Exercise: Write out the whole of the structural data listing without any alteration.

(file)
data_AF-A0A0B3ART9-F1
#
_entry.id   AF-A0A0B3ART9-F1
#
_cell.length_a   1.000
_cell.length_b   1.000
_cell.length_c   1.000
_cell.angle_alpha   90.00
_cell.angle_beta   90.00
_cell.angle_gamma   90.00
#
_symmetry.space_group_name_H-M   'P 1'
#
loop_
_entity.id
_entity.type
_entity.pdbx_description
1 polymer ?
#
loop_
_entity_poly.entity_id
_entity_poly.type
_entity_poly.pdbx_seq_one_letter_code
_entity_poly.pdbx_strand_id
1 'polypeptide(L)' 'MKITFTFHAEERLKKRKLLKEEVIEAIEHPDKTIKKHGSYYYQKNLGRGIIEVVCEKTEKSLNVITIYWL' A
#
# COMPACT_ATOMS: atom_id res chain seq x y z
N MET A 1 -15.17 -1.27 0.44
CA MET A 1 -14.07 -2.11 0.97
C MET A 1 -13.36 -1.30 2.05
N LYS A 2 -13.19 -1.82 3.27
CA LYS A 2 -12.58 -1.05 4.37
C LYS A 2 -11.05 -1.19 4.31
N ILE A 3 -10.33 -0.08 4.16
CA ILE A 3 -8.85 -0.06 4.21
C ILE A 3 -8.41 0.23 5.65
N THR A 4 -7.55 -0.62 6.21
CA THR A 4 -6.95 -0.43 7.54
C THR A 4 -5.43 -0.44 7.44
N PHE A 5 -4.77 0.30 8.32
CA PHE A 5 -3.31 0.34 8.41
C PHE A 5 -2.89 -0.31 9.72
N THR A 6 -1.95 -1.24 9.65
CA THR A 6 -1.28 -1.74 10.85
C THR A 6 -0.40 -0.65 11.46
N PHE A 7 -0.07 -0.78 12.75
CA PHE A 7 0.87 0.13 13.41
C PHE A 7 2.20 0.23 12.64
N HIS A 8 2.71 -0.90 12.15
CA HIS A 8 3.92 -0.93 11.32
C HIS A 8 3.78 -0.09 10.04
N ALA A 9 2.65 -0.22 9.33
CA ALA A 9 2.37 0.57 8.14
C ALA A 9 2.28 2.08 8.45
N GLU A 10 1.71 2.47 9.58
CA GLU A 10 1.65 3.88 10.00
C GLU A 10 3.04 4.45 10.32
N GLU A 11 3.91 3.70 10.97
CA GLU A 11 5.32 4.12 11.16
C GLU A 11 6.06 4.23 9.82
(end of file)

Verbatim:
data_AF-A0A0B3ART9-F1
#
_entry.id   AF-A0A0B3ART9-F1
#
_cell.length_a   1.000
_cell.length_b   1.000
_cell.length_c   1.000
_cell.angle_alpha   90.00
_cell.angle_beta   90.00
_cell.angle_gamma   90.00
#
_symmetry.space_group_name_H-M   'P 1'
#
loop_
_entity.id
_entity.type
_entity.pdbx_description
1 polymer ?
#
loop_
_entity_poly.entity_id
_entity_poly.type
_entity_poly.pdbx_seq_one_letter_code
_entity_poly.pdbx_strand_id
1 'polypeptide(L)' 'MKITFTFHAEERLKKRKLLKEEVIEAIEHPDKTIKKHGSYYYQKNLGRGIIEVVCEKTEKSLNVITIYWL' A
#
# COMPACT_ATOMS: atom_id res chain seq x y z
N MET A 1 -15.17 -1.27 0.44
CA MET A 1 -14.07 -2.11 0.97
C MET A 1 -13.36 -1.30 2.05
N LYS A 2 -13.19 -1.82 3.27
CA LYS A 2 -12.58 -1.05 4.37
C LYS A 2 -11.05 -1.19 4.31
N ILE A 3 -10.33 -0.08 4.16
CA ILE A 3 -8.85 -0.06 4.21
C ILE A 3 -8.41 0.23 5.65
N THR A 4 -7.55 -0.62 6.21
CA THR A 4 -6.95 -0.43 7.54
C THR A 4 -5.43 -0.44 7.44
N PHE A 5 -4.77 0.30 8.32
CA PHE A 5 -3.31 0.34 8.41
C PHE A 5 -2.89 -0.31 9.72
N THR A 6 -1.95 -1.24 9.65
CA THR A 6 -1.28 -1.74 10.85
C THR A 6 -0.40 -0.65 11.46
N PHE A 7 -0.07 -0.78 12.75
CA PHE A 7 0.87 0.13 13.41
C PHE A 7 2.20 0.23 12.64
N HIS A 8 2.71 -0.90 12.15
CA HIS A 8 3.92 -0.93 11.32
C HIS A 8 3.78 -0.09 10.04
N ALA A 9 2.65 -0.22 9.33
CA ALA A 9 2.37 0.57 8.14
C ALA A 9 2.28 2.08 8.45
N GLU A 10 1.71 2.47 9.58
CA GLU A 10 1.65 3.88 10.00
C GLU A 10 3.04 4.45 10.32
N GLU A 11 3.91 3.70 10.97
CA GLU A 11 5.32 4.12 11.16
C GLU A 11 6.06 4.23 9.82